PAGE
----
The Federal Trade Commission (FTC) is responding to what they say is a huge surge in automated phone calls, or, “robocalls,” by offering a cash reward and prizes to the person, or group of people, who can thwart these calls in the “FTC Robocall Challenge.” According to the FTC, complaints about robocalls skyrocketed to a high of 212,000 this past April, compared to the last high of 65,000 complaints in October of 2010.
Winning groups of 10 or less will receive $50,000 in a cash reward and a trip to Washington, D.C. Groups with over 10 people will a different undisclosed award, but not the cash or trip. Winners will also be able to keep the intellectual property rights to the idea, with the FTC retaining the right to actively promote and feature the solution on its website for three years after the contest is over.
Contestants will need to come up with a way to block automated calls on both land lines and cell phones, and they will be judged on whether their idea actually works, the feasibility of the idea being able to be rolled out, and its ease of use. Contestants should keep in mind that certain automated calls should be omitted from the targeted block programs, namely political and polling groups, debt collectors, non-profit charitable organizations and customer service feedback requests. That said, we have some tricks to deal with these, which you can read about here.
(Yes, we agree – those are some of the most annoying calls, but they have legal protection. That said, we have some tricks to deal with these, which will be coming soon in a forthcoming article.)
This may seem an unconventional angle for the FTC to take, but the agency has been unsuccessful in tracing and blocking almost 60% of these obnoxious calls due to the calls being routed through caller ID spoofing, automatic dialers and voice-over-Internet protocols (VoIP). Says director of the FTC’s Bureau of Consumer Protection, David Vladeck, “One of the things that we can do as a government agency is to tap into the genius and technical expertise among the public. We think this will be an effective approach in the case of robocalls because the winner of our challenge will become a national hero.”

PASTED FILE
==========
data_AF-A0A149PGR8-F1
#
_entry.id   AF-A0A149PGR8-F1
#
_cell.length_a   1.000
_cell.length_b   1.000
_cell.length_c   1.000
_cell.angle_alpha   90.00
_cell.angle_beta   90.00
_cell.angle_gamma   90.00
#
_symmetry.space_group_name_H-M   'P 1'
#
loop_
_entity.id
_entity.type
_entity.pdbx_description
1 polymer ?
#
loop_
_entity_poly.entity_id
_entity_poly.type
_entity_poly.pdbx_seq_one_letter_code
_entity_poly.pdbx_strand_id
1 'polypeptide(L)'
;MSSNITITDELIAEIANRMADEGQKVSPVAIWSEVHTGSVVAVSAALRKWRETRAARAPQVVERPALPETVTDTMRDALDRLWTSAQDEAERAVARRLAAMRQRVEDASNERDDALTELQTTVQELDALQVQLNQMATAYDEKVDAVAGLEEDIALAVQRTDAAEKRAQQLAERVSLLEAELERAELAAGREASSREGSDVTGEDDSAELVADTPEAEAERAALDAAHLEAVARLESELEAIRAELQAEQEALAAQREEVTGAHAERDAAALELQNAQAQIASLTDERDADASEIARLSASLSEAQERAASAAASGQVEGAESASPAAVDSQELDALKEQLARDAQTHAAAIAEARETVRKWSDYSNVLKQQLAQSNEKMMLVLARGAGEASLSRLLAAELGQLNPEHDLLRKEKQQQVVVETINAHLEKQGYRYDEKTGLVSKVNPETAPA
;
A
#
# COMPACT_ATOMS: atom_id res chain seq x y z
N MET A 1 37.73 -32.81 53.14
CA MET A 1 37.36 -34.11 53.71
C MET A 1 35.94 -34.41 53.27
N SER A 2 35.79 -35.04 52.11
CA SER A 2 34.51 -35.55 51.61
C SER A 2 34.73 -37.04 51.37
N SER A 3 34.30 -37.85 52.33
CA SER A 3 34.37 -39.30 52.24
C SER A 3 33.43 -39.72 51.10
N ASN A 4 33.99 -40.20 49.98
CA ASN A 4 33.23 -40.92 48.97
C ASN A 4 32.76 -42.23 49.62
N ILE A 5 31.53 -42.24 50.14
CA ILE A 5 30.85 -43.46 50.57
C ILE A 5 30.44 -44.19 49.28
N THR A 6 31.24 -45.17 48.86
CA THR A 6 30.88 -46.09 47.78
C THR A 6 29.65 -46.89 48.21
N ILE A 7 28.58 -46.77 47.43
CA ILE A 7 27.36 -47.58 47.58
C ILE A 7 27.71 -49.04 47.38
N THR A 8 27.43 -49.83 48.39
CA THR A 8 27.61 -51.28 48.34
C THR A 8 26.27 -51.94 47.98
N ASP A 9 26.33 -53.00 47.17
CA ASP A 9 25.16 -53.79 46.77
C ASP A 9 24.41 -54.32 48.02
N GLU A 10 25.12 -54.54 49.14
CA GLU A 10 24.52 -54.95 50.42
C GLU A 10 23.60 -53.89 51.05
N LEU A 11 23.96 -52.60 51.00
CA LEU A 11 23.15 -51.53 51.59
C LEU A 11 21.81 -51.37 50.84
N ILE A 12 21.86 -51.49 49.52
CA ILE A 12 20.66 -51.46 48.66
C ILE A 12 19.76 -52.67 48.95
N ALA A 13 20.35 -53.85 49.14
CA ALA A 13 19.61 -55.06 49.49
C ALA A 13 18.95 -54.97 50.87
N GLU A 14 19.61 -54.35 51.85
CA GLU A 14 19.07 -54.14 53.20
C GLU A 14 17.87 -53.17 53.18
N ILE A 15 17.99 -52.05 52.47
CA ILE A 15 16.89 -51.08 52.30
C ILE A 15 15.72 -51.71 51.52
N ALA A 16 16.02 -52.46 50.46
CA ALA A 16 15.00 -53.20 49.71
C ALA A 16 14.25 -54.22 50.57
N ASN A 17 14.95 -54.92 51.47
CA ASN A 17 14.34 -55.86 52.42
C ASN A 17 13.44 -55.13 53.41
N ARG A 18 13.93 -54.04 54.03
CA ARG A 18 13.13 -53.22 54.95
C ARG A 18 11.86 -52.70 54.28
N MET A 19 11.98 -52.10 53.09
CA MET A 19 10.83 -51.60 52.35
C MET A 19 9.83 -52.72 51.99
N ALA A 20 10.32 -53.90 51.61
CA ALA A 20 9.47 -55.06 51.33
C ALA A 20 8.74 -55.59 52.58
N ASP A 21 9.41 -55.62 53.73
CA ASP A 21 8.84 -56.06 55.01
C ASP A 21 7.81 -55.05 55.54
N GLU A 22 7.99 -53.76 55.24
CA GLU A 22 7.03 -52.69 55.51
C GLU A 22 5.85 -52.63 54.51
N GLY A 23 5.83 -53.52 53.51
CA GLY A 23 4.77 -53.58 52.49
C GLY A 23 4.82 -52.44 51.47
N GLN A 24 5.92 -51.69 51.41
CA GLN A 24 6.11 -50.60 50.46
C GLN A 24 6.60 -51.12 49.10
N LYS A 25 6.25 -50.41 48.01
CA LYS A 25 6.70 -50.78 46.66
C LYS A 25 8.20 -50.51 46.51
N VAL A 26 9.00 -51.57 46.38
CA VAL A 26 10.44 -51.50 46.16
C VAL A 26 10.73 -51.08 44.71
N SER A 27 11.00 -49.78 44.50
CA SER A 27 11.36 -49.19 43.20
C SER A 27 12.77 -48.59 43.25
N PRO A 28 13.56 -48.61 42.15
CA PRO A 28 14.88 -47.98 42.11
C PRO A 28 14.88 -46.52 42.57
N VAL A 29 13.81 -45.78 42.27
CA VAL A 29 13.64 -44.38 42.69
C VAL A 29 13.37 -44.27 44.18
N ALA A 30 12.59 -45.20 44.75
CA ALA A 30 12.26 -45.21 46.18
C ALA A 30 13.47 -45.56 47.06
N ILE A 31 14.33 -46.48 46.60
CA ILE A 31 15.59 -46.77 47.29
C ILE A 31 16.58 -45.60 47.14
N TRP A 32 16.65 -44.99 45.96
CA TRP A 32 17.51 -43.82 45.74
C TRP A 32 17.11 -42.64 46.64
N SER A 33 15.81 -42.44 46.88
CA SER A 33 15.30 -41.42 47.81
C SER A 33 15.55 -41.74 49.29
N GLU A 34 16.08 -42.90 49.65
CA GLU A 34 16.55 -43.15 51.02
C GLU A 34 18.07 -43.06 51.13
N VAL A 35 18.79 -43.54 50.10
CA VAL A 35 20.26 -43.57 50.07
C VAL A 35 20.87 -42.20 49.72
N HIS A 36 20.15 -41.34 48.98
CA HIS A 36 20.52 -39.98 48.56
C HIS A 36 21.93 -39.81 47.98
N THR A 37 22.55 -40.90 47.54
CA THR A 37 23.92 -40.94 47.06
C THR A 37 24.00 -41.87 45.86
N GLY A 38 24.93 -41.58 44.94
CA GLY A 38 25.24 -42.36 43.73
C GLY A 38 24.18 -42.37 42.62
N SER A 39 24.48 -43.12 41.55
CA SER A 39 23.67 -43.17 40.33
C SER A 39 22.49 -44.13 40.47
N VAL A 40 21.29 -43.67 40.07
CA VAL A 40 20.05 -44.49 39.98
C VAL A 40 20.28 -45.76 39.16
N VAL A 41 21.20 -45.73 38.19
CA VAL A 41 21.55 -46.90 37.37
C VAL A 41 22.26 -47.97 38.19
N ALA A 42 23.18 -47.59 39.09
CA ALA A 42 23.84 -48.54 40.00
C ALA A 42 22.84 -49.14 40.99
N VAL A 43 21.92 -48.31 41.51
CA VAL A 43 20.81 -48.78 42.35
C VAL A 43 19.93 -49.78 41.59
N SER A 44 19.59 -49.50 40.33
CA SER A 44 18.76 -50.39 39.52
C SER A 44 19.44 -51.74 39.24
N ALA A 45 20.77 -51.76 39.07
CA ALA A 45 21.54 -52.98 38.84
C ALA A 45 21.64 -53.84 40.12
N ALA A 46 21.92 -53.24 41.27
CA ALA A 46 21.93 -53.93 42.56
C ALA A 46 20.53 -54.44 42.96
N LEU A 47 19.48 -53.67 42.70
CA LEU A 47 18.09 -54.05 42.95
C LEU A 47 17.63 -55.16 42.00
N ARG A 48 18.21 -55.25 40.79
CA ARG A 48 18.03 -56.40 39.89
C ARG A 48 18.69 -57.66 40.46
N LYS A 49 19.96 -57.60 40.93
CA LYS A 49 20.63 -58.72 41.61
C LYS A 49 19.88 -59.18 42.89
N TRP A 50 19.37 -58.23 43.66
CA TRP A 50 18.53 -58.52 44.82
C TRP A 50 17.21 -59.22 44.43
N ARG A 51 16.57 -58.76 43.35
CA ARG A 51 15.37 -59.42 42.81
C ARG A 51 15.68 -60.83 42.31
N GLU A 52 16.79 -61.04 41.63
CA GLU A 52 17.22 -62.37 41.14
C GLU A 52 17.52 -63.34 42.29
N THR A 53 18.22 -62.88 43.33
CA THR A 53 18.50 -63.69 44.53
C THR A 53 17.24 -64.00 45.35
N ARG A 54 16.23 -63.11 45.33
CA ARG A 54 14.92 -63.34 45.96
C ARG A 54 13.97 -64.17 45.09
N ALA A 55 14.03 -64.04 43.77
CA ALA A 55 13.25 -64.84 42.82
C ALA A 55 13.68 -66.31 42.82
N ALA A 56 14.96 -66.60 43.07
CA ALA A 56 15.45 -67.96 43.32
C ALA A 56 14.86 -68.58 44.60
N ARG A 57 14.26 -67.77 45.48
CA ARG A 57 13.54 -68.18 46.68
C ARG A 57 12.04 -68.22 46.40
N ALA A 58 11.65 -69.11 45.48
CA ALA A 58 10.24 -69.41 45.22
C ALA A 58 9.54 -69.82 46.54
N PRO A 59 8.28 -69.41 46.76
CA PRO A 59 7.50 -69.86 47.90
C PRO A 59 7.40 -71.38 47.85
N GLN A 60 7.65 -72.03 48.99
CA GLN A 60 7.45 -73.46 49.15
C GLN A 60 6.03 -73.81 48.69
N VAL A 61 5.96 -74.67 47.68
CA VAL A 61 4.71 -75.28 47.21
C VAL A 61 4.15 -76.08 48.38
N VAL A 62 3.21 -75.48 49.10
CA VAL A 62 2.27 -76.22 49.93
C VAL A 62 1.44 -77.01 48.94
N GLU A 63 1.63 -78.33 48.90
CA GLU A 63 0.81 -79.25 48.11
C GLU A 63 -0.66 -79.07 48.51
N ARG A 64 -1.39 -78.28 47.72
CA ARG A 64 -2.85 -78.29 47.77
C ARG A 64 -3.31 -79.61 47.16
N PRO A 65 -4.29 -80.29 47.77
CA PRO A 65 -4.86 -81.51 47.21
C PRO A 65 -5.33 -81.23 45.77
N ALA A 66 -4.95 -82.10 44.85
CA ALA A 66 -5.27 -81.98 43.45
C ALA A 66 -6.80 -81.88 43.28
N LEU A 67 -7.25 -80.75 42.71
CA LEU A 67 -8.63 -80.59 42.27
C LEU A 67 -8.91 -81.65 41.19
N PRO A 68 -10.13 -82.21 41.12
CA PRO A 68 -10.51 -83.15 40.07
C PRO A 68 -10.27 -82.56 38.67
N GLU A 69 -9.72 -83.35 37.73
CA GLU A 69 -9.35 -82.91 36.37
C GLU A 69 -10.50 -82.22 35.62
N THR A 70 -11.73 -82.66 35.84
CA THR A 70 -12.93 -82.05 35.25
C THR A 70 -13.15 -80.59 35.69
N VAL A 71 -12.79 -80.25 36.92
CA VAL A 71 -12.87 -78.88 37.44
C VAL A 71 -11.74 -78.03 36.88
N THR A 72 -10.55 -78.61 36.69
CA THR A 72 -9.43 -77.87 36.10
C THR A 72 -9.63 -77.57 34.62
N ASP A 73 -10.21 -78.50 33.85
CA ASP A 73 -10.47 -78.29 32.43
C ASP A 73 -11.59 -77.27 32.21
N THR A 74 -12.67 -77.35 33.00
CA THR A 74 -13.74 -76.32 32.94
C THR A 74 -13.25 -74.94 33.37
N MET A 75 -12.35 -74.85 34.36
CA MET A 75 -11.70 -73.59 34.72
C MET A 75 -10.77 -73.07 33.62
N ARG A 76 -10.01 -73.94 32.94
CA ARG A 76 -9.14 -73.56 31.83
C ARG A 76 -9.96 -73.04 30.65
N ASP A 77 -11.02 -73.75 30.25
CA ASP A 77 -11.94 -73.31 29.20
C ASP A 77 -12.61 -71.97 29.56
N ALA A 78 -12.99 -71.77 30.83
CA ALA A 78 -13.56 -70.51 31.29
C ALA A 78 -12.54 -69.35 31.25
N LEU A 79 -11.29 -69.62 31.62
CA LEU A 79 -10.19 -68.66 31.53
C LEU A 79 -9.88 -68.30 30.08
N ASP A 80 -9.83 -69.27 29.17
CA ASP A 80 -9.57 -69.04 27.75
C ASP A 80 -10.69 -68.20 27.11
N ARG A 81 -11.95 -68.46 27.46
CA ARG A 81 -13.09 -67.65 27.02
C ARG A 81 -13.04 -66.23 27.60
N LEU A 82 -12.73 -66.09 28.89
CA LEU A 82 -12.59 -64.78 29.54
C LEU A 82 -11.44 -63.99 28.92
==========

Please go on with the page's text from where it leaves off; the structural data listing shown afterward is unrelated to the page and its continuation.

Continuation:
More from The Internet Patrol:
|NOTICE EU rules dictate that we give you this message: This site does not intentionally or knowingly collect or store any private personal information in the form of cookies or by any other means, unless you *knowingly* give us the information, such as when leaving a comment or signing up for our email newsletter. We do take note of your IP address, solely for the purpose of knowing from where in the world our visitors are visiting us.|
FTC Robocall Challenge is open to all U.S. citizens ages 18 and older, and contestants can enter as many ideas as they wish. The contest judges will be the FTC’s Chief Technologist, Steve Bellovin, the Federal Communications Commission Chief Technologist, Henning Schulzrinne, and Kara Swisher of All things D. The contest is free to enter, and entries must be submitted between October 25, 2012, at 5:00pm ET, until January 17, 2013, at 5:00 pm ET. For complete contest rules, visit the official contest website.